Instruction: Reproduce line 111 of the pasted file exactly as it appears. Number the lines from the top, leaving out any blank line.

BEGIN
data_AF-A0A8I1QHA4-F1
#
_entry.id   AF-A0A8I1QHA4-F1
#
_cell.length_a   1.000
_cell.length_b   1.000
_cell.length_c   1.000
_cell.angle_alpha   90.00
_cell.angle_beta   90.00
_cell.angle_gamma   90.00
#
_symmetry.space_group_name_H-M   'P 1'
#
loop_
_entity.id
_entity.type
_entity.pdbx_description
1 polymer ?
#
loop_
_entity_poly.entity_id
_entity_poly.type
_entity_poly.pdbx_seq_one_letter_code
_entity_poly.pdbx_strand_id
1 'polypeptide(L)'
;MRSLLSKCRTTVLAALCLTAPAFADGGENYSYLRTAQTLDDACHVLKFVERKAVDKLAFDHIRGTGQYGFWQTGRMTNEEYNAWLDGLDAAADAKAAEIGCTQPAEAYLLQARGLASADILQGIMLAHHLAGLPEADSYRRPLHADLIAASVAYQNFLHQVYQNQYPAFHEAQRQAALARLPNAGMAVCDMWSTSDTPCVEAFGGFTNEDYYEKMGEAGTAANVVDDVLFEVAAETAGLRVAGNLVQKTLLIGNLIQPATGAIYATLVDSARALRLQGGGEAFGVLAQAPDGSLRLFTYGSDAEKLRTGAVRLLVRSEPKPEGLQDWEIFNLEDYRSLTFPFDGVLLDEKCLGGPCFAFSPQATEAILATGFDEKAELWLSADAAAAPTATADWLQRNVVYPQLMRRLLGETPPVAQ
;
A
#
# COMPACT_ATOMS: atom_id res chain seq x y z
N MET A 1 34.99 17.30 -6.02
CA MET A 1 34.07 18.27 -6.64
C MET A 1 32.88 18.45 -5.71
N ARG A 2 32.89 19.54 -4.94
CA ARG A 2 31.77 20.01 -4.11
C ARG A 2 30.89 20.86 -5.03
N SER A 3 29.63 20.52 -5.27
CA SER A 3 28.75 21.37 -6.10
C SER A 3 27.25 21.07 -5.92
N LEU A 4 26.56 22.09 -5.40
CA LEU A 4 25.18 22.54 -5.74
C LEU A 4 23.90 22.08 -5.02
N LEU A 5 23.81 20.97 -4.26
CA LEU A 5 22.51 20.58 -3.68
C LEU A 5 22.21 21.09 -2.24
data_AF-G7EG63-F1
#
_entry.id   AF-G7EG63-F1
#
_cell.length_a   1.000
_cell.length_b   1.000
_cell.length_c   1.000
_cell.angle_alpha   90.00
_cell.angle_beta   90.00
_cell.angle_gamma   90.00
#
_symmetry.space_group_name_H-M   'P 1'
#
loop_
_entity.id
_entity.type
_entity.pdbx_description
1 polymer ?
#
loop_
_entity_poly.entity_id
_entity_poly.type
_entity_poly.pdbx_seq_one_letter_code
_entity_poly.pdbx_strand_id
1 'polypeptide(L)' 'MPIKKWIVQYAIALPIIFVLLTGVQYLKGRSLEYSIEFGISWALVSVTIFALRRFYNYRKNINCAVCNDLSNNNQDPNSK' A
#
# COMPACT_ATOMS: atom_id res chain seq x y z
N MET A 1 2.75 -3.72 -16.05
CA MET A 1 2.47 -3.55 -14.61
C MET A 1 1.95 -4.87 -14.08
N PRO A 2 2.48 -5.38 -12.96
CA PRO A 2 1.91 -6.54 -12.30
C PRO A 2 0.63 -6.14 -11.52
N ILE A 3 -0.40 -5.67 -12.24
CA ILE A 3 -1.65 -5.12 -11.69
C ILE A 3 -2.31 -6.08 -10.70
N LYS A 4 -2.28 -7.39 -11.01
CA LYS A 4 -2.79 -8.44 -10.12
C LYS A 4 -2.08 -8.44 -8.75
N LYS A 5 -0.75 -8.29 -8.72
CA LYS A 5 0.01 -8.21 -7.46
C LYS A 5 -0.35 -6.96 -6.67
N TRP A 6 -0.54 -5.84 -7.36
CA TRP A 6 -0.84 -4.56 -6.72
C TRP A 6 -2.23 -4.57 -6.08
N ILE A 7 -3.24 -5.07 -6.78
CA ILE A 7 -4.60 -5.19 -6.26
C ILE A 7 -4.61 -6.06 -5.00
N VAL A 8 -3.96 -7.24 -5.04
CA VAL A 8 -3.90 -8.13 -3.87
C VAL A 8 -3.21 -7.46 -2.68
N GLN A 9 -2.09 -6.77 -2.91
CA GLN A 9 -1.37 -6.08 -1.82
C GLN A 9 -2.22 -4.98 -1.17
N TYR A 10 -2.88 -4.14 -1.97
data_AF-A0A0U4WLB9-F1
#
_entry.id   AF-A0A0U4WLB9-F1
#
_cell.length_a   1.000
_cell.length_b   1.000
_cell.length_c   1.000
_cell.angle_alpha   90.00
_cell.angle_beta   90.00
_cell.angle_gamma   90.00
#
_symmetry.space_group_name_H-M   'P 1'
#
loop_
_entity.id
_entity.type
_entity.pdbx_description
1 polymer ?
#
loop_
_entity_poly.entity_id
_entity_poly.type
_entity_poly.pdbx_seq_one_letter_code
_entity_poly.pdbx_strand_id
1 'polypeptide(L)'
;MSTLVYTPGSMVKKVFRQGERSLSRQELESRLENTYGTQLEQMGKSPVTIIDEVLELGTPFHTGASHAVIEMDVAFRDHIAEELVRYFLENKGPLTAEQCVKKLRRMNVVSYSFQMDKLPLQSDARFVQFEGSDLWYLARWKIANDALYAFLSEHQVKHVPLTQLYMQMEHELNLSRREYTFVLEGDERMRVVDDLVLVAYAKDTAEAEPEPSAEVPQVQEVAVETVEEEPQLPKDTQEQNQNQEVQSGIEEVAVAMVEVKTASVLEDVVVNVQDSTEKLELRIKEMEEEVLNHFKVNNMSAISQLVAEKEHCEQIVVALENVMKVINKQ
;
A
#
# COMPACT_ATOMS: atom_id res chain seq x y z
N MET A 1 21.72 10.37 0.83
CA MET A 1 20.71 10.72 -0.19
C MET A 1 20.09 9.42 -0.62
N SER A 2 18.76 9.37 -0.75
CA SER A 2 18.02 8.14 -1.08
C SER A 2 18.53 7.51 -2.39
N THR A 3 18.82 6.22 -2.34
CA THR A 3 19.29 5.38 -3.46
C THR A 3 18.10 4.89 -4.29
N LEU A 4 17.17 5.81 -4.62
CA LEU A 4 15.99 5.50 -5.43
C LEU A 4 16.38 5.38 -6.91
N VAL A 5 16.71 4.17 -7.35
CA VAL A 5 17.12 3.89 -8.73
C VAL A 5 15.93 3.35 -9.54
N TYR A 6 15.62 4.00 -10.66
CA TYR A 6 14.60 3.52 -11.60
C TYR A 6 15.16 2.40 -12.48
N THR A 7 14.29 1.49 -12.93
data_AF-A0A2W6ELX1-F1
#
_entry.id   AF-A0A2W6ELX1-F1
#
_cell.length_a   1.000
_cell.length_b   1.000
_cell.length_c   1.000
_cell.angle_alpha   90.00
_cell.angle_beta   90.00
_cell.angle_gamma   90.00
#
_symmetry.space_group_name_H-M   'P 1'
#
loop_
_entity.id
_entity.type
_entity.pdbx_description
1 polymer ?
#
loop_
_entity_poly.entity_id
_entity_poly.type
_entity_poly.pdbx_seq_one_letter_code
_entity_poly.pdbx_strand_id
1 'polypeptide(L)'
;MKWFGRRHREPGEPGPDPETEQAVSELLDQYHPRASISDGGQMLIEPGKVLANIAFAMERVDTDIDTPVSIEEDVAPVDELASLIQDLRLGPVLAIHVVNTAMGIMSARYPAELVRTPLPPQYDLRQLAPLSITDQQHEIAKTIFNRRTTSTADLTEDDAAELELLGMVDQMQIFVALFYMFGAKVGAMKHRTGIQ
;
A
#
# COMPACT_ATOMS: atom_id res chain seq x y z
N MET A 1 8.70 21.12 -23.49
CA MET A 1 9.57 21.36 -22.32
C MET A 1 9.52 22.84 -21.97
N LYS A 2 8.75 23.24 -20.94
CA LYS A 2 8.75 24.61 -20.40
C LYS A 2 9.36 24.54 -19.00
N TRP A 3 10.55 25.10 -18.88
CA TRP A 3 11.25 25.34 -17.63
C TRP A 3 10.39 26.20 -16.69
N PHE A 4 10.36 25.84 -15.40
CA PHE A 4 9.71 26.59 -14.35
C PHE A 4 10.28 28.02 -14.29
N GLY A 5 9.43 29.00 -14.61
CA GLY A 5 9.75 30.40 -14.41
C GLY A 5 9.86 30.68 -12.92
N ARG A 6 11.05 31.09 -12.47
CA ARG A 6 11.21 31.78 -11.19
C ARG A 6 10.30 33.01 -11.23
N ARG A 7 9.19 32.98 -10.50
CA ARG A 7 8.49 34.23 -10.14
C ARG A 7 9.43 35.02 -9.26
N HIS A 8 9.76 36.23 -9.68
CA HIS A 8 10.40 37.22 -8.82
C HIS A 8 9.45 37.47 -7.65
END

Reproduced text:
#